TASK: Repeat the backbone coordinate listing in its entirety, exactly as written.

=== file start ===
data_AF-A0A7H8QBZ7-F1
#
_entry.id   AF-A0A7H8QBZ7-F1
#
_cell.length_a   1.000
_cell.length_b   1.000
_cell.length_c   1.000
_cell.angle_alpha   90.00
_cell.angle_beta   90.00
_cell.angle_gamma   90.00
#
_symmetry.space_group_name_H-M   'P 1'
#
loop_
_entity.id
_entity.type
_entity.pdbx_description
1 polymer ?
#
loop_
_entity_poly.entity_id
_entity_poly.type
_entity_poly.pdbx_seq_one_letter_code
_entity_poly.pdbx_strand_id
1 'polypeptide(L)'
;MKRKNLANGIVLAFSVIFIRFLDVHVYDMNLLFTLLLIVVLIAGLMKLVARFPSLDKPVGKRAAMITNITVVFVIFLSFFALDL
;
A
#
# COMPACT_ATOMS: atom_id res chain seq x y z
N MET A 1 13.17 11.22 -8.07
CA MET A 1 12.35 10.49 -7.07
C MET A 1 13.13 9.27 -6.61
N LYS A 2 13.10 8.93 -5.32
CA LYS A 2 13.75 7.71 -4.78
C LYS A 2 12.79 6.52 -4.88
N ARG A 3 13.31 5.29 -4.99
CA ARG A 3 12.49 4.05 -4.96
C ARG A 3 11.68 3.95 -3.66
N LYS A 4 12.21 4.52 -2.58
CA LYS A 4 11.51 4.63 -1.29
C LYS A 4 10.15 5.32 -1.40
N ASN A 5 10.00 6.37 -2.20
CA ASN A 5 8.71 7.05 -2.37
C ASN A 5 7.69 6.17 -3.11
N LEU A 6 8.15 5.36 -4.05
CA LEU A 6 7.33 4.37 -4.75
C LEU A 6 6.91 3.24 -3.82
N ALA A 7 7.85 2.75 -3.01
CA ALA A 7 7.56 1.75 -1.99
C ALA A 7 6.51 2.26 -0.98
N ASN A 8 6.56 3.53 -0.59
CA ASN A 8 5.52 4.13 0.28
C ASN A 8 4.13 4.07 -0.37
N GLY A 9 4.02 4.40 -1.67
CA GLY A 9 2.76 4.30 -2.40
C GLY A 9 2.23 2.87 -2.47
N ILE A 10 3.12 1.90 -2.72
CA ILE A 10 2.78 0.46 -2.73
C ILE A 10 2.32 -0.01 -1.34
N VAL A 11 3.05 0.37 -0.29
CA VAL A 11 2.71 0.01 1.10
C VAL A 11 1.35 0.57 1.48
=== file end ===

data_AF-A0A7H8QBZ7-F1
#
_entry.id   AF-A0A7H8QBZ7-F1
#
_cell.length_a   1.000
_cell.length_b   1.000
_cell.length_c   1.000
_cell.angle_alpha   90.00
_cell.angle_beta   90.00
_cell.angle_gamma   90.00
#
_symmetry.space_group_name_H-M   'P 1'
#
loop_
_entity.id
_entity.type
_entity.pdbx_description
1 polymer ?
#
loop_
_entity_poly.entity_id
_entity_poly.type
_entity_poly.pdbx_seq_one_letter_code
_entity_poly.pdbx_strand_id
1 'polypeptide(L)'
;MKRKNLANGIVLAFSVIFIRFLDVHVYDMNLLFTLLLIVVLIAGLMKLVARFPSLDKPVGKRAAMITNITVVFVIFLSFFALDL
;
A
#
# COMPACT_ATOMS: atom_id res chain seq x y z
N MET A 1 13.17 11.22 -8.07
CA MET A 1 12.35 10.49 -7.07
C MET A 1 13.13 9.27 -6.61
N LYS A 2 13.10 8.93 -5.32
CA LYS A 2 13.75 7.71 -4.78
C LYS A 2 12.79 6.52 -4.88
N ARG A 3 13.31 5.29 -4.99
CA ARG A 3 12.49 4.05 -4.96
C ARG A 3 11.68 3.95 -3.66
N LYS A 4 12.21 4.52 -2.58
CA LYS A 4 11.51 4.63 -1.29
C LYS A 4 10.15 5.32 -1.40
N ASN A 5 10.00 6.37 -2.20
CA ASN A 5 8.71 7.05 -2.37
C ASN A 5 7.69 6.17 -3.11
N LEU A 6 8.15 5.36 -4.05
CA LEU A 6 7.33 4.37 -4.75
C LEU A 6 6.91 3.24 -3.82
N ALA A 7 7.85 2.75 -3.01
CA ALA A 7 7.56 1.75 -1.99
C ALA A 7 6.51 2.26 -0.98
N ASN A 8 6.56 3.53 -0.59
CA ASN A 8 5.52 4.13 0.28
C ASN A 8 4.13 4.07 -0.37
N GLY A 9 4.02 4.40 -1.67
CA GLY A 9 2.76 4.30 -2.40
C GLY A 9 2.23 2.87 -2.47
N ILE A 10 3.12 1.90 -2.72
CA ILE A 10 2.78 0.46 -2.73
C ILE A 10 2.32 -0.01 -1.34
N VAL A 11 3.05 0.37 -0.29
CA VAL A 11 2.71 0.01 1.10
C VAL A 11 1.35 0.57 1.48